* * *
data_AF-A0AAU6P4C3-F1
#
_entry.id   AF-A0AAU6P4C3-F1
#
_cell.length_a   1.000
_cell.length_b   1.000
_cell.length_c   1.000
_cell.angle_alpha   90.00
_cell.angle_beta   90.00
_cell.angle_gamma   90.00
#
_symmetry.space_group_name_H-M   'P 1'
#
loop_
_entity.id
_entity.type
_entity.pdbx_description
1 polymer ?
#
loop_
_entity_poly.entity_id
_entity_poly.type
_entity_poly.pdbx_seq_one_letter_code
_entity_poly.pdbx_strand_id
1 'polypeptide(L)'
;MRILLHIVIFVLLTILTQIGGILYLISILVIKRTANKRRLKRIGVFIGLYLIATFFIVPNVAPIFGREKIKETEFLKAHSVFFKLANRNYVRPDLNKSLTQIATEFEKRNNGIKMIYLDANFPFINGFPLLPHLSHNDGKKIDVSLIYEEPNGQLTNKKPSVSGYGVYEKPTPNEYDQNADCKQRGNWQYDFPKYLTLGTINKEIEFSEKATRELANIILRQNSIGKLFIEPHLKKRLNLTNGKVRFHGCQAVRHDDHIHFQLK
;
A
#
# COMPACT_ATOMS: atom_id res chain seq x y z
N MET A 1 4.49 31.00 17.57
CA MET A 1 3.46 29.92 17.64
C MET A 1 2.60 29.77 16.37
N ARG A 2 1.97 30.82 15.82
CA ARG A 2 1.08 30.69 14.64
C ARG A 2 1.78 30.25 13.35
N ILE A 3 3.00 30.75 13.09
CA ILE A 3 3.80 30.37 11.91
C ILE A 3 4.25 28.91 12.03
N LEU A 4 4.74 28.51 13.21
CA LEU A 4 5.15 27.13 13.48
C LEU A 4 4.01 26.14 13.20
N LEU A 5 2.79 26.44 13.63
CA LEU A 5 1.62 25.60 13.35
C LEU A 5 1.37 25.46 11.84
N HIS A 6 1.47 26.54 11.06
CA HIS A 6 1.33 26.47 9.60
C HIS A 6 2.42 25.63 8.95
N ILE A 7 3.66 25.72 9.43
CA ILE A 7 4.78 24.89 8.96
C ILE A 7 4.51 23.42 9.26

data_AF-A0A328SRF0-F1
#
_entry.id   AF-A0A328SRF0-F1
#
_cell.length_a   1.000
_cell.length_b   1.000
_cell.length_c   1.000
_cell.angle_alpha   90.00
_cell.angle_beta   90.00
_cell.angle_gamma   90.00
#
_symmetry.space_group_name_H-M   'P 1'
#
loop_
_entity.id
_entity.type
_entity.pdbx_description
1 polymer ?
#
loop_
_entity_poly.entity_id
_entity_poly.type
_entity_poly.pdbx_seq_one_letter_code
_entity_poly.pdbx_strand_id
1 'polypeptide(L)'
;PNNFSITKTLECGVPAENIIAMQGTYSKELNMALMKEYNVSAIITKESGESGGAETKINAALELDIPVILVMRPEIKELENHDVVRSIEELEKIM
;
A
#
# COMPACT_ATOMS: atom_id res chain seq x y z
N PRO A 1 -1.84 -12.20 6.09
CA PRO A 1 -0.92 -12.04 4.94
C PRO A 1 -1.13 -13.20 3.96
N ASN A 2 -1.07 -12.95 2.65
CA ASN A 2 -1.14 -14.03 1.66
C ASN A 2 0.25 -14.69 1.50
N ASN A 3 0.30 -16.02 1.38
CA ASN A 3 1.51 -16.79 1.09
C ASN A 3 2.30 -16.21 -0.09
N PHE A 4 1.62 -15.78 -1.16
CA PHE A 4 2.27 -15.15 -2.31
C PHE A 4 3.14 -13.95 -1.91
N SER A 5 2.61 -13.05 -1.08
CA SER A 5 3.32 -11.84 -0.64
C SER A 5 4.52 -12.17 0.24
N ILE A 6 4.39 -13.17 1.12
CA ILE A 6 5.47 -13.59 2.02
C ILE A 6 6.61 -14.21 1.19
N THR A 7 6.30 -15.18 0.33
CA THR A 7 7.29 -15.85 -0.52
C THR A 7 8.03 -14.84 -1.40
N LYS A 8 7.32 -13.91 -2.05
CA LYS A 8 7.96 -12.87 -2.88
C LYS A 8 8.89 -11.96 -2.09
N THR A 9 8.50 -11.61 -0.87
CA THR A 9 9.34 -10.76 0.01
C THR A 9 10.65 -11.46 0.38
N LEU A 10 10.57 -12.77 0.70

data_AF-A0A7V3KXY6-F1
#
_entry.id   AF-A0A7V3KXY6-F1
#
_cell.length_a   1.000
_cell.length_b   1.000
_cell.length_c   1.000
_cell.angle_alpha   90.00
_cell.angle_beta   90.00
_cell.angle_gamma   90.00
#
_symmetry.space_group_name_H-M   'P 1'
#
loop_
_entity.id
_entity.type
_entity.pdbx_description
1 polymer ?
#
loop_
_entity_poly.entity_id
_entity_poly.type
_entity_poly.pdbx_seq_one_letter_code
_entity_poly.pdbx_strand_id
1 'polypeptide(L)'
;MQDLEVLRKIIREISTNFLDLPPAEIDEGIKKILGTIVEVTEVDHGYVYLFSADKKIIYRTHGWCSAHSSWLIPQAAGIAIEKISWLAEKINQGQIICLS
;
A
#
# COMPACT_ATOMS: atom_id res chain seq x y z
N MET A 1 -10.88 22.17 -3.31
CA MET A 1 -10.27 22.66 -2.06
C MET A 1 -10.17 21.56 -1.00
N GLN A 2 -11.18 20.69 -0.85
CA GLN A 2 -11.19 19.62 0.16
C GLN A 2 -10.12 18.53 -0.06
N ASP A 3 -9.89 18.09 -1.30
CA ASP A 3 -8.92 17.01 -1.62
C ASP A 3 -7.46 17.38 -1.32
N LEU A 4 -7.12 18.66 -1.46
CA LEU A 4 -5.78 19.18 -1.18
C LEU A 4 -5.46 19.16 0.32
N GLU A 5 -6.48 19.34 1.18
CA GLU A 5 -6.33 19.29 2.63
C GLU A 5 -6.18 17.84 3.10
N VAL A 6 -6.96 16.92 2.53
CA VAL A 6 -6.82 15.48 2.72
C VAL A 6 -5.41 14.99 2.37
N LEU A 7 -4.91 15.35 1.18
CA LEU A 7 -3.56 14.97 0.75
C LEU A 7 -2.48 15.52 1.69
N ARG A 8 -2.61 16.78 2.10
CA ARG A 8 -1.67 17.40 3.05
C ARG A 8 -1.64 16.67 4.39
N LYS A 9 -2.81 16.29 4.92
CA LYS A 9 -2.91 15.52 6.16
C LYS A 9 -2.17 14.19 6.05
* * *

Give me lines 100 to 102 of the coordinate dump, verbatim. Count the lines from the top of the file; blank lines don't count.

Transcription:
N THR A 7 6.30 -15.18 0.33
CA THR A 7 7.29 -15.85 -0.52
C THR A 7 8.03 -14.84 -1.40